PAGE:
Read the story of Pedro Pan in the words of those who lived it.
Today, October 19th, 2011 marks a very important milestone in my life. On a day like this, fifty years ago, I arrived at the Miami Airport with my two younger brothers, Raul and Carlos.
I would be forever grateful to my parents for their courage and sacrifice, to this country that wellcomed us and to Catholic Charities for taking care of us upon arrival. Thanks to their efforts I have been able to live in freedom and practice my faith all these years, something that would have been very different had I stayed in Cuba.
Unfortunately, even 50 years down ... (read the rest of this story)
A story teller once told me that all stories begin in the middle. As I write this, the middle of my story has 17 years on one side and 47 on the other. For thousands of us Pedro Pan children, the middle of our story falls on the day we left Cuba.
Outside the Havana airport my parents and grandparents hugged me and kissed me as if it would be for the last time. No one could talk. Finally my father said in a broken voice, “Hija, we gave you the best education we could, morally and academically. It should ... (read the rest of this story)
The year was 1958, I was 8 years old and my life from my perspective was good. I had two wonderful parents and a loving sister who was 2 years older than I. My father was a self made man who arrived in Cuba at the age of 14 from Spain and after many years of sacrifices and hard work became the owner of two jewelry stores located in Havana. He was a very descent and proper Spaniard who taught by example. My mother, who was also raised in Spain, was a very loving and caring mother. ... (read the rest of this story)
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Lived in Guanabo where I spent a lot of time rebel rausing with my horse and at the beach with my friends. Both of my parents did jail time thanks to Fidel. My dad in Isla de Pinos and my mom in Guanajay. Went to "Newton" school till I left for Miami on March 12, 1962. I didn't see my parents again until August of 1978. I was in a foster home in Morristown New Jersey for a couple of years and went to live with my uncle, aunt and cousins in Miami later. We all got "relocated" to Portland ... (read the rest of this story)
I am the first Hispanic female to serve in the capacity of Secretary of in the State of Florida. This is not the first, nor the only time I have been the first female, and definitely the first Hispanic female, to accomplish certain goals or to break the gender and ethnic barriers.
I came from Cuba in 1961 as part of what we know now as Operation Peter Pan. I was one of 14,000 children whose parents were left behind in Cuba. In my case, I was reunited with my parents six years later in 1967 when President Lyndon ... (read the rest of this story)
My story is unique, as is each one of the over 14,000 Pedro Pan stories. Some are happier; some are sadder. I believe the decision to send my sister and me alone to the United States was made by my parents the moment they found out that the government was taking over the private and religious schools in Cuba. I remember vividly the day our school, Colegio Verbo Encarnado in Ampliación de Almendares, was taken over by the government. I was attending class in a cottage in the patio which the nuns used as an additional classroom,and all of a ... (read the rest of this story)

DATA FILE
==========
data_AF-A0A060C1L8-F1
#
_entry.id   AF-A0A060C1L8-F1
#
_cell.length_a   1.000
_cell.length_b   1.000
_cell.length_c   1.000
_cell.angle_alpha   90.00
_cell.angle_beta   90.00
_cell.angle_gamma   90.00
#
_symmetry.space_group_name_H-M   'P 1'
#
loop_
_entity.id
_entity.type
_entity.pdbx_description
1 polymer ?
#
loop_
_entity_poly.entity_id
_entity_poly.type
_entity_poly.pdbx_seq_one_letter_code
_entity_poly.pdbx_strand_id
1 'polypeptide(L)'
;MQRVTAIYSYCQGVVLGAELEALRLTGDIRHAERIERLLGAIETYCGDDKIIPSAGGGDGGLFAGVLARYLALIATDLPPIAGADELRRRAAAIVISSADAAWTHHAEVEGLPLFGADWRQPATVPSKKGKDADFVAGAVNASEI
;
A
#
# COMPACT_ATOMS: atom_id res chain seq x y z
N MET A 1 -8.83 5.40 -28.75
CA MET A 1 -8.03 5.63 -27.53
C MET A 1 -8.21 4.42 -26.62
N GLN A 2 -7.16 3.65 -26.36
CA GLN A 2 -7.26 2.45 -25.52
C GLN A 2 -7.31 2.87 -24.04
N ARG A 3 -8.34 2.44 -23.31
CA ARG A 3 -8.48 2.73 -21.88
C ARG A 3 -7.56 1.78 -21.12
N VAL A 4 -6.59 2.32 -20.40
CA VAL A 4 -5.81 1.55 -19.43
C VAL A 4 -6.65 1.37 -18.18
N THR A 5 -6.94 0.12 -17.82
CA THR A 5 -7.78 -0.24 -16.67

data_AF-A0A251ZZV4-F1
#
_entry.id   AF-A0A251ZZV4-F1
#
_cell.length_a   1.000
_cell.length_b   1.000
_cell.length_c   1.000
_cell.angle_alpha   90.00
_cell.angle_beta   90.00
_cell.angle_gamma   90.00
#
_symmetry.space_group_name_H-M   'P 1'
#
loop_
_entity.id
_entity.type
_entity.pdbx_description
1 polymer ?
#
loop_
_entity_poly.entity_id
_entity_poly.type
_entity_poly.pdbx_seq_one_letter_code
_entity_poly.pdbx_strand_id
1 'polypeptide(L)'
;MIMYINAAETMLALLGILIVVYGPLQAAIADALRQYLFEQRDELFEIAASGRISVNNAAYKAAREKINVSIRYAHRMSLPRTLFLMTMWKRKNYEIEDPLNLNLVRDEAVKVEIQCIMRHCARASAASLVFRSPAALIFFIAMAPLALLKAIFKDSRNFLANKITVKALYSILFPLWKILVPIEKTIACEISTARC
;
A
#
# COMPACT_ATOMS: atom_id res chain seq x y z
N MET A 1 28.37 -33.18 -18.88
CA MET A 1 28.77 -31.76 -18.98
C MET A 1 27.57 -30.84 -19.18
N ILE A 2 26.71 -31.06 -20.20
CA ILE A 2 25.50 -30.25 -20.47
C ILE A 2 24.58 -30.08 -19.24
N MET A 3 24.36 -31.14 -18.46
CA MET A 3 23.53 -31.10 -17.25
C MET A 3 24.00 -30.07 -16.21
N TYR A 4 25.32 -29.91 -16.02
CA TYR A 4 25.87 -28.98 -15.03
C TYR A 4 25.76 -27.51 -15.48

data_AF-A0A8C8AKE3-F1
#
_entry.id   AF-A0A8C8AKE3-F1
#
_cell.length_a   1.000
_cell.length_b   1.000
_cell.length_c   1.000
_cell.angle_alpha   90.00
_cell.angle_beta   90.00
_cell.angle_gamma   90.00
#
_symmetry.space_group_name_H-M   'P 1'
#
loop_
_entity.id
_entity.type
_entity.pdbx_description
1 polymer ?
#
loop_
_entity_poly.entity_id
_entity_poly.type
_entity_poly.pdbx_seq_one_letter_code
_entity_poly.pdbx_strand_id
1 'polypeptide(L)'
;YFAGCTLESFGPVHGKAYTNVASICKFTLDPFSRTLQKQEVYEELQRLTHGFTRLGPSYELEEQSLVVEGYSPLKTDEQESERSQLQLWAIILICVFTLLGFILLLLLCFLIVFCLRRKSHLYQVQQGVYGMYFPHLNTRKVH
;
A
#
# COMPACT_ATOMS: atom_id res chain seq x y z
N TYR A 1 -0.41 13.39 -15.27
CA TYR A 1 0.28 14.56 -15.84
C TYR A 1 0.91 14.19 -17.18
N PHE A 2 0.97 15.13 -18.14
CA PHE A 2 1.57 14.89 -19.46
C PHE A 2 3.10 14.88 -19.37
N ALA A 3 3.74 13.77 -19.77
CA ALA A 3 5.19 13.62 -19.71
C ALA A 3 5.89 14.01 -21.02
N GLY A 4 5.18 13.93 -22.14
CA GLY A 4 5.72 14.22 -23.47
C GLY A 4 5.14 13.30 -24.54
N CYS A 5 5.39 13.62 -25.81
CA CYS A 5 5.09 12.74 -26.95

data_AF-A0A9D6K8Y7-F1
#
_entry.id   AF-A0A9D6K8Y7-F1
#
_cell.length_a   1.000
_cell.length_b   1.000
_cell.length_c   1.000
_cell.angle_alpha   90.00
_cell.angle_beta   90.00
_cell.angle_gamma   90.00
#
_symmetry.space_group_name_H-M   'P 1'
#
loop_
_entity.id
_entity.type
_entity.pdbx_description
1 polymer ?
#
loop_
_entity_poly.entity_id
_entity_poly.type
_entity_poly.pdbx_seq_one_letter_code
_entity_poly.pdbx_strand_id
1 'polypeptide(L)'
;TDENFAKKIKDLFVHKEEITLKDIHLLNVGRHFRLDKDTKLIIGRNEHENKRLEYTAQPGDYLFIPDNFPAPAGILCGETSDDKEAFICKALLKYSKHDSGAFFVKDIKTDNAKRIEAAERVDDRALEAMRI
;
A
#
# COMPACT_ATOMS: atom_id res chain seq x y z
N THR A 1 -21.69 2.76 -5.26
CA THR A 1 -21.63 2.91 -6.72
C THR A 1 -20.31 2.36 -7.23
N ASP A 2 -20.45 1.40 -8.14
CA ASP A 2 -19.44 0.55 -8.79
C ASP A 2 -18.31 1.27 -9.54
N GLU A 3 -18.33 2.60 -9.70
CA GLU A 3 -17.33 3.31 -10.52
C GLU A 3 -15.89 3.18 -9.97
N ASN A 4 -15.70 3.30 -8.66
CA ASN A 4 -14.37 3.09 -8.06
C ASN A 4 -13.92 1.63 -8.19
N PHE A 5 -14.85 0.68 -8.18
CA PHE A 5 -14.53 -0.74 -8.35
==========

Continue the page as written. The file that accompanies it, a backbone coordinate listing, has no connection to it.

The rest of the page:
I came from La Vibora, reparto El Sevillano, on July 22, 1962. 'La pecera' was one of the unforgettable moments in my life as was watching my mom hug in tears the father of 2 young sisters (ages 8 and 7) who also came on the plane with us. I positioned my body so my sister (age 11 then) and the younger girls could not see that image, but it has forever been embedded in my mind as the ultimate sacrifice parents make for what they hope will be the well being of their children.
We lived in the Florida ... (read the rest of this story)
I arrived in a Pan American flight by myself on February 8, 1961. I was told by my parents that I was supposed to speak to nobody, but that, only if asked, I would respond by saying that I was traveling to go to school outside of Cuba. Shortly before the plane took off, the stewardess approached me very politely and told me, with a very beautiful and reassuring smile, that she knew who I was and that she would watch over me until I reached my destination. I don't remember the exact words but I do remember that she ... (read the rest of this story)
I lived in Santa Clara with my Mami y Papi.
Papi had been a farmer until the age of 20. He and his younger brother got tired of working their butts off and not making any money. They started selling yardage on horseback to the farmers in their small farms. They opened small stores in small towns like Manicaragua. Later my father opened a store in Santa Clara.
They made good money and our family made good progress financially.
I went to the Maristas School Sta. Clara, from 1st to 6th grade. Had great experiences there ... (read the rest of this story)
I was born November 3, 1961 and arrived November 20th, 1961. I was only 17 days old. Wonder if I am the youngest of all?